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Day 120

By Brian Hancock

They are all in safe and sound and that for any race organiser (organizer) is a massive relief. It’s one thing to come up with an idea, and this was a good one, but there is a heck of responsibility that comes with it. (I know I co-founded an around-the-world race. A great one too by the way). These crews have to make it safely back to land after each leg and there are some pitfalls along the way. So far so good and hats off to Don and Jane and Jac and Aida and Georgie and all of the wonderful people that have made this event an awesome success. (I have probably forgotten some – sorry). And to all the sailors who signed up for this great adventure. It’s good to know that the world is still round and not flat. We need people like you out there to keep checking that it’s a globe and not a pumpkin pie.

There is a lot to do for all the crews in Auckland; the next leg is going to be the toughest one. They need to make sure that they have their big girl and big boy pants packed. It’s going to get messy. It’s also too far out to predict the wind but I know that there is going to be some wind as well as some ice, snow and a whole lot more. Oh, and some waves. I knew that there was more. Almost forgot the waves (ADHD).

Now the question is, how do I slide from this into skydiving without losing anyone who reads my drivel. Oh, I know, you just need to bring in an Italian. Not just any Italian but one of the greats; Simone Bianchetti. Simone had done I think two solo circumnavigations and was on his third when I was working with him. Great guy.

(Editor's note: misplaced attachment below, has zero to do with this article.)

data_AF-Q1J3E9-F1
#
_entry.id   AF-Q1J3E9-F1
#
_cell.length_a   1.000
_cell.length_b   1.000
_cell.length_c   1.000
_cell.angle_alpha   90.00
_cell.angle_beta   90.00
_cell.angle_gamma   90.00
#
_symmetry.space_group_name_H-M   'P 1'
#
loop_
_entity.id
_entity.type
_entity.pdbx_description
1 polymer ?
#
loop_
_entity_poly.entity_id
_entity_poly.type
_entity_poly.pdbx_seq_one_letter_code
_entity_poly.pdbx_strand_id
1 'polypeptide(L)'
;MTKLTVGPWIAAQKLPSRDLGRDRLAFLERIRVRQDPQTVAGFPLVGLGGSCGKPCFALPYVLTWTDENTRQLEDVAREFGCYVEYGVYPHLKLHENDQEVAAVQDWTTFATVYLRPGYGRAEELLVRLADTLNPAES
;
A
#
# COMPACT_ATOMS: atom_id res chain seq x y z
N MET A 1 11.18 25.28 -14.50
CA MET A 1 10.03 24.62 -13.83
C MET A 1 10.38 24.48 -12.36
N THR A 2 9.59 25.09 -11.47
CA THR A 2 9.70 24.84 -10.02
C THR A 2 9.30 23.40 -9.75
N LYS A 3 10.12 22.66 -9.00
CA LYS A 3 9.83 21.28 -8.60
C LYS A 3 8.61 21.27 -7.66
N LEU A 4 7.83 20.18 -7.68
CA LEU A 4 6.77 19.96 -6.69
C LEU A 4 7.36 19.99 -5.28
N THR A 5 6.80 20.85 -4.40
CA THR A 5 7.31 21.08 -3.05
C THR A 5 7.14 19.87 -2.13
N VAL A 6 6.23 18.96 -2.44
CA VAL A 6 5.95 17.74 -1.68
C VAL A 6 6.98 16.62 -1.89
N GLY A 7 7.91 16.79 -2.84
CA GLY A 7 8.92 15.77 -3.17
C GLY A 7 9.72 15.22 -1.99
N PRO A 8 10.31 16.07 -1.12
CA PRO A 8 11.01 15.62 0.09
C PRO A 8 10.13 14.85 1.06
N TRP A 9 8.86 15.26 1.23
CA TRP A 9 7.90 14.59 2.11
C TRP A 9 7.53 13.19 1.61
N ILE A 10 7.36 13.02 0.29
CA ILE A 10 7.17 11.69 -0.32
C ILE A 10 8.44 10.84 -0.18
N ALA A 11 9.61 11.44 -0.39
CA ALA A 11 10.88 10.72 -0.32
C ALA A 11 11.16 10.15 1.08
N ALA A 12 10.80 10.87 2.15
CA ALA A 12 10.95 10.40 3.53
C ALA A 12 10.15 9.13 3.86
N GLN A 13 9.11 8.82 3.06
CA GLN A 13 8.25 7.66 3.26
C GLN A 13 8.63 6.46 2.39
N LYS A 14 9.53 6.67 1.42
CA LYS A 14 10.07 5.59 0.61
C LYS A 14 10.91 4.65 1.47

I gave a talk at a black tie dinner with the great Sir Robin Knox Johnston and mentioned the lesbian skydiver. It was just a funny anecdote but Simone came to me afterwards and asked if would go with him the next day and jump. He said, “I pay.” That was enough for a cheap South African to jump out of a fairly decent plane even if the pilot was wearing flip flops, but there you go. A paid for jump is a paid for jump so I went for it.

We were driving to the airport when Simone said, now remember that he is/was a devout chauvinist (more on that later). He said, “is she really a lesbian?” How do you answer that? I said, “yes she told me that she was a lesbian.” Now Simone, without a moment’s hesitation, said, “how long is the jump?”.

I said, “I think that it was about four minutes freefall then about a minute after the parachute opens, if it opens which will be the good part”. I loved him for how he answered. He said, “that’s enough time. I will change her mind.”

He jumped first. They landed with a bit of a slide but all safe and sound. My turn was next. This time I was a little scared, probably because the Jameson’s had worn off. I asked Viv, “did Simone talk to you?” Now you have to love Viv. She replied, “no, why do you ask. He was so sh*it scared on the way up and they way down he didn’t say anything.” As my mate Don would say, “Life hey.”

To all those crews scrambling to stock and refuel and dust and do the dishes, your time in that beautiful City of Sails is coming to an end. Leg 3 starts on Jan 14.


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